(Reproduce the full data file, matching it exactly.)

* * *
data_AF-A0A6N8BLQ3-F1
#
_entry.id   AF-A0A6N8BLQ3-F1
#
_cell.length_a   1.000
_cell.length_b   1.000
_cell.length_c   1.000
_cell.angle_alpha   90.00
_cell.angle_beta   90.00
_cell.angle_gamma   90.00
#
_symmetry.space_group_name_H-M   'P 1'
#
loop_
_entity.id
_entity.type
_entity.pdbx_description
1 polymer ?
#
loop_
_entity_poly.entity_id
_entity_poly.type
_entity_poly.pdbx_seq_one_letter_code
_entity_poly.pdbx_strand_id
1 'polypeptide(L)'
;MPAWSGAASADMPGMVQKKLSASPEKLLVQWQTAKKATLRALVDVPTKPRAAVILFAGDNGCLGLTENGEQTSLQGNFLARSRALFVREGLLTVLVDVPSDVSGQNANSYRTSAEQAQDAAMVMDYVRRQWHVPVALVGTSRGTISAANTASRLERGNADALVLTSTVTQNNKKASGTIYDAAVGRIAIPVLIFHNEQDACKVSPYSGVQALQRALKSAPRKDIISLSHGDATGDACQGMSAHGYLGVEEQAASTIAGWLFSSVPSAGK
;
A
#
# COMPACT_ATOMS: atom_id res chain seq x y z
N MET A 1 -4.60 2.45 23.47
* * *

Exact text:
data_AF-A0A6N8BLQ3-F1
#
_entry.id   AF-A0A6N8BLQ3-F1
#
_cell.length_a   1.000
_cell.length_b   1.000
_cell.length_c   1.000
_cell.angle_alpha   90.00
_cell.angle_beta   90.00
_cell.angle_gamma   90.00
#
_symmetry.space_group_name_H-M   'P 1'
#
loop_
_entity.id
_entity.type
_entity.pdbx_description
1 polymer ?
#
loop_
_entity_poly.entity_id
_entity_poly.type
_entity_poly.pdbx_seq_one_letter_code
_entity_poly.pdbx_strand_id
1 'polypeptide(L)'
;MPAWSGAASADMPGMVQKKLSASPEKLLVQWQTAKKATLRALVDVPTKPRAAVILFAGDNGCLGLTENGEQTSLQGNFLARSRALFVREGLLTVLVDVPSDVSGQNANSYRTSAEQAQDAAMVMDYVRRQWHVPVALVGTSRGTISAANTASRLERGNADALVLTSTVTQNNKKASGTIYDAAVGRIAIPVLIFHNEQDACKVSPYSGVQALQRALKSAPRKDIISLSHGDATGDACQGMSAHGYLGVEEQAASTIAGWLFSSVPSAGK
;
A
#
# COMPACT_ATOMS: atom_id res chain seq x y z
N MET A 1 -4.60 2.45 23.47